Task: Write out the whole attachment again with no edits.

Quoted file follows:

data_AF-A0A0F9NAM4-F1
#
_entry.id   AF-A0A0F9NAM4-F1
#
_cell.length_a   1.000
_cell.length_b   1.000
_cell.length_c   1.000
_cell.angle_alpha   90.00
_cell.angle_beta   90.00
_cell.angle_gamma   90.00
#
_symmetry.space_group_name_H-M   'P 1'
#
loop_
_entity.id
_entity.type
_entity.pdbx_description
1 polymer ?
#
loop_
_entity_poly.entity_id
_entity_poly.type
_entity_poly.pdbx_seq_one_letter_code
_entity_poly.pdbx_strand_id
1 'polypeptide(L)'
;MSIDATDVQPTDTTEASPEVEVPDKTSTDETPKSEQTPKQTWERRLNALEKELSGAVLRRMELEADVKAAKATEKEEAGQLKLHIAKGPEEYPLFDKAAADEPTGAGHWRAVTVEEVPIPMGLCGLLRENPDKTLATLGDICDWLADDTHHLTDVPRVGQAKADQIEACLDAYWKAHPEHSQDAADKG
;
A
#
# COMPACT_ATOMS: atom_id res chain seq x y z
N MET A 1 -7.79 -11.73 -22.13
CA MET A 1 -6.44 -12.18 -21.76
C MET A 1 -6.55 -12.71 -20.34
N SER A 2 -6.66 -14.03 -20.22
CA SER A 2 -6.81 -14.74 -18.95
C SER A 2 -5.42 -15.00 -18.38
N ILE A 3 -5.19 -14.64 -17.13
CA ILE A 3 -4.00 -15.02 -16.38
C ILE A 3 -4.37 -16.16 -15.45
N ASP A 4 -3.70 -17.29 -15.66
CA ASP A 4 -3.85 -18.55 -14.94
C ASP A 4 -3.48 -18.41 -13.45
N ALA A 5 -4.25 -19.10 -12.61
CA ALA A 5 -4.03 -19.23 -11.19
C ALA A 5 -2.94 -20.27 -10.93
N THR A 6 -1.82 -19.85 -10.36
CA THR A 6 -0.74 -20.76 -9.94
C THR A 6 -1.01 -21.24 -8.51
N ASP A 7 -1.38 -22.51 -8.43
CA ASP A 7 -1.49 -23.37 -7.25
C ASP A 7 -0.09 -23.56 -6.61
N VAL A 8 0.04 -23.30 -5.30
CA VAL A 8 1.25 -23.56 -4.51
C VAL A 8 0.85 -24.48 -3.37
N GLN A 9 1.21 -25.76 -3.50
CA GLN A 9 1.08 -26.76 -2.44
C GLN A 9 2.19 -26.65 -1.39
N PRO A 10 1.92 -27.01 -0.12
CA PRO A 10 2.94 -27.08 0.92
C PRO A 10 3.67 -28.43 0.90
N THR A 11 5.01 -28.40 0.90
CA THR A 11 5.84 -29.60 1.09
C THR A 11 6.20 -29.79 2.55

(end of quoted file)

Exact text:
data_AF-A0A0F9NAM4-F1
#
_entry.id   AF-A0A0F9NAM4-F1
#
_cell.length_a   1.000
_cell.length_b   1.000
_cell.length_c   1.000
_cell.angle_alpha   90.00
_cell.angle_beta   90.00
_cell.angle_gamma   90.00
#
_symmetry.space_group_name_H-M   'P 1'
#
loop_
_entity.id
_entity.type
_entity.pdbx_description
1 polymer ?
#
loop_
_entity_poly.entity_id
_entity_poly.type
_entity_poly.pdbx_seq_one_letter_code
_entity_poly.pdbx_strand_id
1 'polypeptide(L)'
;MSIDATDVQPTDTTEASPEVEVPDKTSTDETPKSEQTPKQTWERRLNALEKELSGAVLRRMELEADVKAAKATEKEEAGQLKLHIAKGPEEYPLFDKAAADEPTGAGHWRAVTVEEVPIPMGLCGLLRENPDKTLATLGDICDWLADDTHHLTDVPRVGQAKADQIEACLDAYWKAHPEHSQDAADKG
;
A
#
# COMPACT_ATOMS: atom_id res chain seq x y z
N MET A 1 -7.79 -11.73 -22.13
CA MET A 1 -6.44 -12.18 -21.76
C MET A 1 -6.55 -12.71 -20.34
N SER A 2 -6.66 -14.03 -20.22
CA SER A 2 -6.81 -14.74 -18.95
C SER A 2 -5.42 -15.00 -18.38
N ILE A 3 -5.19 -14.64 -17.13
CA ILE A 3 -4.00 -15.02 -16.38
C ILE A 3 -4.37 -16.16 -15.45
N ASP A 4 -3.70 -17.29 -15.66
CA ASP A 4 -3.85 -18.55 -14.94
C ASP A 4 -3.48 -18.41 -13.45
N ALA A 5 -4.25 -19.10 -12.61
CA ALA A 5 -4.03 -19.23 -11.19
C ALA A 5 -2.94 -20.27 -10.93
N THR A 6 -1.82 -19.85 -10.36
CA THR A 6 -0.74 -20.76 -9.94
C THR A 6 -1.01 -21.24 -8.51
N ASP A 7 -1.38 -22.51 -8.43
CA ASP A 7 -1.49 -23.37 -7.25
C ASP A 7 -0.09 -23.56 -6.61
N VAL A 8 0.04 -23.30 -5.30
CA VAL A 8 1.25 -23.56 -4.51
C VAL A 8 0.85 -24.48 -3.37
N GLN A 9 1.21 -25.76 -3.50
CA GLN A 9 1.08 -26.76 -2.44
C GLN A 9 2.19 -26.65 -1.39
N PRO A 10 1.92 -27.01 -0.12
CA PRO A 10 2.94 -27.08 0.92
C PRO A 10 3.67 -28.43 0.90
N THR A 11 5.01 -28.40 0.90
CA THR A 11 5.84 -29.60 1.09
C THR A 11 6.20 -29.79 2.55